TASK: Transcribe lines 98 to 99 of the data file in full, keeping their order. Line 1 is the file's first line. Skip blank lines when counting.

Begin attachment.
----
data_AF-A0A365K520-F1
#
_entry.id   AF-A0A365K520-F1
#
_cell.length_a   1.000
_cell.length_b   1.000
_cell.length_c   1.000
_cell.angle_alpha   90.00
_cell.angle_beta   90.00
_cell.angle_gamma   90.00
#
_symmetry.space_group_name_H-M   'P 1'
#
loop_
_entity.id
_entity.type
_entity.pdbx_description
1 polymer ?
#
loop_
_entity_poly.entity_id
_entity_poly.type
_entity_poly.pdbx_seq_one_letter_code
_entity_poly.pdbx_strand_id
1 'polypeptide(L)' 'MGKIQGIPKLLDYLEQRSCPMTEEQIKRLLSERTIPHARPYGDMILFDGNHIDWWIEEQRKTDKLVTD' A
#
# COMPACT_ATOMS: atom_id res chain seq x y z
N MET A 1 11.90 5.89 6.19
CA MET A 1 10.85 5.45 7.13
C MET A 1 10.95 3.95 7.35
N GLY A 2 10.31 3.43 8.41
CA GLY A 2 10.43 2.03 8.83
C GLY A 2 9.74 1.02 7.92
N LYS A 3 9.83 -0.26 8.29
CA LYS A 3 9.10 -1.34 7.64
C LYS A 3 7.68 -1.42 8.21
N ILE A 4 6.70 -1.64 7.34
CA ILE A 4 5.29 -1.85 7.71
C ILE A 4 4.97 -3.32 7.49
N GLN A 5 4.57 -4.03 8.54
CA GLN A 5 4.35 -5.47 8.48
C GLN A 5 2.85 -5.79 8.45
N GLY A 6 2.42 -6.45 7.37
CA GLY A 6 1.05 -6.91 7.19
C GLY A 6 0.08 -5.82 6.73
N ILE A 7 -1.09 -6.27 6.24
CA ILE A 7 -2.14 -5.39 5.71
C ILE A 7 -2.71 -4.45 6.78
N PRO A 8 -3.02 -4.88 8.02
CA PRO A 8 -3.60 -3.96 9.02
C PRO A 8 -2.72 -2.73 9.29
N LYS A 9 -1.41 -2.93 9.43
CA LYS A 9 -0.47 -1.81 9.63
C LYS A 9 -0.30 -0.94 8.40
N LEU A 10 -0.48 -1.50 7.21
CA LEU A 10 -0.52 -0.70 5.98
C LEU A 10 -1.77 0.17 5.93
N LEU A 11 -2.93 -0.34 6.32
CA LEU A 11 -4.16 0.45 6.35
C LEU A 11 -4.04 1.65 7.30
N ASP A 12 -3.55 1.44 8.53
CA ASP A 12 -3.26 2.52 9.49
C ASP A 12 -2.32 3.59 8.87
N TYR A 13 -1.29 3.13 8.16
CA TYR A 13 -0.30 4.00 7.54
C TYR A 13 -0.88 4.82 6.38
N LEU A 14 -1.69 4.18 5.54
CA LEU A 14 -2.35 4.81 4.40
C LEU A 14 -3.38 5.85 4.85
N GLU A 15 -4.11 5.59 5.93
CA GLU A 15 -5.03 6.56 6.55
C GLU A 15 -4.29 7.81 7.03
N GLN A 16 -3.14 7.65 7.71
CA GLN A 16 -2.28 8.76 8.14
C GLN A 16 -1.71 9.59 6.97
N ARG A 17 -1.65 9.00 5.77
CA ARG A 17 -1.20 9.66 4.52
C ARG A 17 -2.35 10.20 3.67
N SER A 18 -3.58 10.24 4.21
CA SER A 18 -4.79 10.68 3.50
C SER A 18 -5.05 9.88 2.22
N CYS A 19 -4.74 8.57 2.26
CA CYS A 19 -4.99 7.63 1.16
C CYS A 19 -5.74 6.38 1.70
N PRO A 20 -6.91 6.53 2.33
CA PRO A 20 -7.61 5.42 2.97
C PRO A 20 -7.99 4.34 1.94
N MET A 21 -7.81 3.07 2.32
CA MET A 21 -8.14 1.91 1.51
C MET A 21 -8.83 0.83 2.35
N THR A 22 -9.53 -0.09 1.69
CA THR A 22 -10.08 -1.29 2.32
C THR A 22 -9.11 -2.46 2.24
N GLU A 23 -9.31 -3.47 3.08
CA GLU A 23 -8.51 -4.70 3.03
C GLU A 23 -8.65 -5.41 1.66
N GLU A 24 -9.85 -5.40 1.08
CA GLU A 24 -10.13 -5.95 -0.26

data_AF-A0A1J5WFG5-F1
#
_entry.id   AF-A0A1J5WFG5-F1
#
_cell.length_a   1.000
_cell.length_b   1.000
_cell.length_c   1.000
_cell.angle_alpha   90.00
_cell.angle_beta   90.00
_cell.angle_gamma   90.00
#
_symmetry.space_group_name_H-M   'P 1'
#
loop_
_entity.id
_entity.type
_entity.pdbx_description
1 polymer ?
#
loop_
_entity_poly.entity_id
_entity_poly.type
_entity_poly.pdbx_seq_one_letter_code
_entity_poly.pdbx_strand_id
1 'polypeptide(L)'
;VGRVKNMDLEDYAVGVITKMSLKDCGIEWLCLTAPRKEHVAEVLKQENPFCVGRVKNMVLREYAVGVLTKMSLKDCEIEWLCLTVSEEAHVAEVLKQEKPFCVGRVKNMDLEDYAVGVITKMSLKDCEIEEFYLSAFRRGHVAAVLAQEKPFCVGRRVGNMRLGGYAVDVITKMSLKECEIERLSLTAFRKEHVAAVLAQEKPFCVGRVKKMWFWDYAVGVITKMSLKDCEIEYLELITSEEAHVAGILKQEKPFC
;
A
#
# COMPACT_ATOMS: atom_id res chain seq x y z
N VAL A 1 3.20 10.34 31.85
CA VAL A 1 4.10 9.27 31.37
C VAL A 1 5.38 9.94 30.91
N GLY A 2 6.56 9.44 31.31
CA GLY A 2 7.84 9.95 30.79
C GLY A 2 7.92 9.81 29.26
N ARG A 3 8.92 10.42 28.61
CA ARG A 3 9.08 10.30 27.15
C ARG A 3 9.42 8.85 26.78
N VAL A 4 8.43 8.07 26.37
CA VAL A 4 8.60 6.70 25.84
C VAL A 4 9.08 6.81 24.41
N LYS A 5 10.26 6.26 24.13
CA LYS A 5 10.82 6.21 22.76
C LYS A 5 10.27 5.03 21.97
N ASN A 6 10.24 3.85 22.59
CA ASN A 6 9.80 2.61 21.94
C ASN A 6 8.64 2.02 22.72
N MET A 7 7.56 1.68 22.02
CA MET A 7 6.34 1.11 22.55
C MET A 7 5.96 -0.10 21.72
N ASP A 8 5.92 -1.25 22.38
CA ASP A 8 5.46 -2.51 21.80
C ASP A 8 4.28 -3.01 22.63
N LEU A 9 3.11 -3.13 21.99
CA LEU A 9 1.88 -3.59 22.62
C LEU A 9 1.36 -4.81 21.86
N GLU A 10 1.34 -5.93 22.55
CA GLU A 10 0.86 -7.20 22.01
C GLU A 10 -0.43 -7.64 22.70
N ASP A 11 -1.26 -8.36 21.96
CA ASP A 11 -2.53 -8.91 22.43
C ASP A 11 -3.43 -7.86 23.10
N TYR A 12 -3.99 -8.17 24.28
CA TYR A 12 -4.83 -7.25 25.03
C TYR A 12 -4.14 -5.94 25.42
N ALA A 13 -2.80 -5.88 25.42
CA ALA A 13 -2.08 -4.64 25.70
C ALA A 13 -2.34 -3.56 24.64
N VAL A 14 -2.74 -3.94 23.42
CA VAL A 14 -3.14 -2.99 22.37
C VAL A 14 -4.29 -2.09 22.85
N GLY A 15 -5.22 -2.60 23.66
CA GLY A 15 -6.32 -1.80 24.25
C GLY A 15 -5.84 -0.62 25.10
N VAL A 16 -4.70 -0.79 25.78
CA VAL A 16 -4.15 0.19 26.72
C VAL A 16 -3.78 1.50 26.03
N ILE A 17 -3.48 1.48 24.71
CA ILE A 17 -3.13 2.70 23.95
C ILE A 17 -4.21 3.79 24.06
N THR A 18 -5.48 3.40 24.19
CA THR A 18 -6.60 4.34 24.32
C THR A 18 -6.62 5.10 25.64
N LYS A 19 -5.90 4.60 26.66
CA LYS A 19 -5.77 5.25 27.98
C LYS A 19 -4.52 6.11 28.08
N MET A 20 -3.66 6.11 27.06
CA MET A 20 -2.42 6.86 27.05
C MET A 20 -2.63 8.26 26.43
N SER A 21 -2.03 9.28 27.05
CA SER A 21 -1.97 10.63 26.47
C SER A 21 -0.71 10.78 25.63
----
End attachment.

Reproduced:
CA GLU A 24 -10.13 -5.95 -0.26

data_AF-A0A1J5WFG5-F1